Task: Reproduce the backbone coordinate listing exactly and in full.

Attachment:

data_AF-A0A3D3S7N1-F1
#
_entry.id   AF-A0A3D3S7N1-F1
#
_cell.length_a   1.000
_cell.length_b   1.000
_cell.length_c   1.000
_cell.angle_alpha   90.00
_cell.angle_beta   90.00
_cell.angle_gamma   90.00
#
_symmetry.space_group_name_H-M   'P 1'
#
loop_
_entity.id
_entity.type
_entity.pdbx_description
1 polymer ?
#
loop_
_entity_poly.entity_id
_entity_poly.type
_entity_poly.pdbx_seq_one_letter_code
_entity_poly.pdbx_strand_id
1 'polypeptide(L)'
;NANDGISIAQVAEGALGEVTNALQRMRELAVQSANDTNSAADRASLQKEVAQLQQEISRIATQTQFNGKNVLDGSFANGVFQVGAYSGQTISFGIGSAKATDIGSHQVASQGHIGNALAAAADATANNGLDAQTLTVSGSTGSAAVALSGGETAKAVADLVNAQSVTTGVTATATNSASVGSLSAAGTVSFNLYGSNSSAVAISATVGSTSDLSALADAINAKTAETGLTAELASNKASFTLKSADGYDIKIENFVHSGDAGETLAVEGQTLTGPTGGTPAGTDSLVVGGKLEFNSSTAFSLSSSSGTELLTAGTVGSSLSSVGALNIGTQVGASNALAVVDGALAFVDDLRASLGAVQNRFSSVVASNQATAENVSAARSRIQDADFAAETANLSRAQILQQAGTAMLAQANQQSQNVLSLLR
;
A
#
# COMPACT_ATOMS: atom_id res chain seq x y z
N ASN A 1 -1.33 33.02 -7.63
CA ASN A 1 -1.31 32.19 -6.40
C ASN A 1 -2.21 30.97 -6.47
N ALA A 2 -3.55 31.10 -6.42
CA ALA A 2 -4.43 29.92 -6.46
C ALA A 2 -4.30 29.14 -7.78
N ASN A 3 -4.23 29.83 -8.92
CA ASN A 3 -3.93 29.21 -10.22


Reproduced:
data_AF-A0A3D3S7N1-F1
#
_entry.id   AF-A0A3D3S7N1-F1
#
_cell.length_a   1.000
_cell.length_b   1.000
_cell.length_c   1.000
_cell.angle_alpha   90.00
_cell.angle_beta   90.00
_cell.angle_gamma   90.00
#
_symmetry.space_group_name_H-M   'P 1'
#
loop_
_entity.id
_entity.type
_entity.pdbx_description
1 polymer ?
#
loop_
_entity_poly.entity_id
_entity_poly.type
_entity_poly.pdbx_seq_one_letter_code
_entity_poly.pdbx_strand_id
1 'polypeptide(L)'
;NANDGISIAQVAEGALGEVTNALQRMRELAVQSANDTNSAADRASLQKEVAQLQQEISRIATQTQFNGKNVLDGSFANGVFQVGAYSGQTISFGIGSAKATDIGSHQVASQGHIGNALAAAADATANNGLDAQTLTVSGSTGSAAVALSGGETAKAVADLVNAQSVTTGVTATATNSASVGSLSAAGTVSFNLYGSNSSAVAISATVGSTSDLSALADAINAKTAETGLTAELASNKASFTLKSADGYDIKIENFVHSGDAGETLAVEGQTLTGPTGGTPAGTDSLVVGGKLEFNSSTAFSLSSSSGTELLTAGTVGSSLSSVGALNIGTQVGASNALAVVDGALAFVDDLRASLGAVQNRFSSVVASNQATAENVSAARSRIQDADFAAETANLSRAQILQQAGTAMLAQANQQSQNVLSLLR
;
A
#
# COMPACT_ATOMS: atom_id res chain seq x y z
N ASN A 1 -1.33 33.02 -7.63
CA ASN A 1 -1.31 32.19 -6.40
C ASN A 1 -2.21 30.97 -6.47
N ALA A 2 -3.55 31.10 -6.42
CA ALA A 2 -4.43 29.92 -6.46
C ALA A 2 -4.30 29.14 -7.78
N ASN A 3 -4.23 29.83 -8.92
CA ASN A 3 -3.93 29.21 -10.22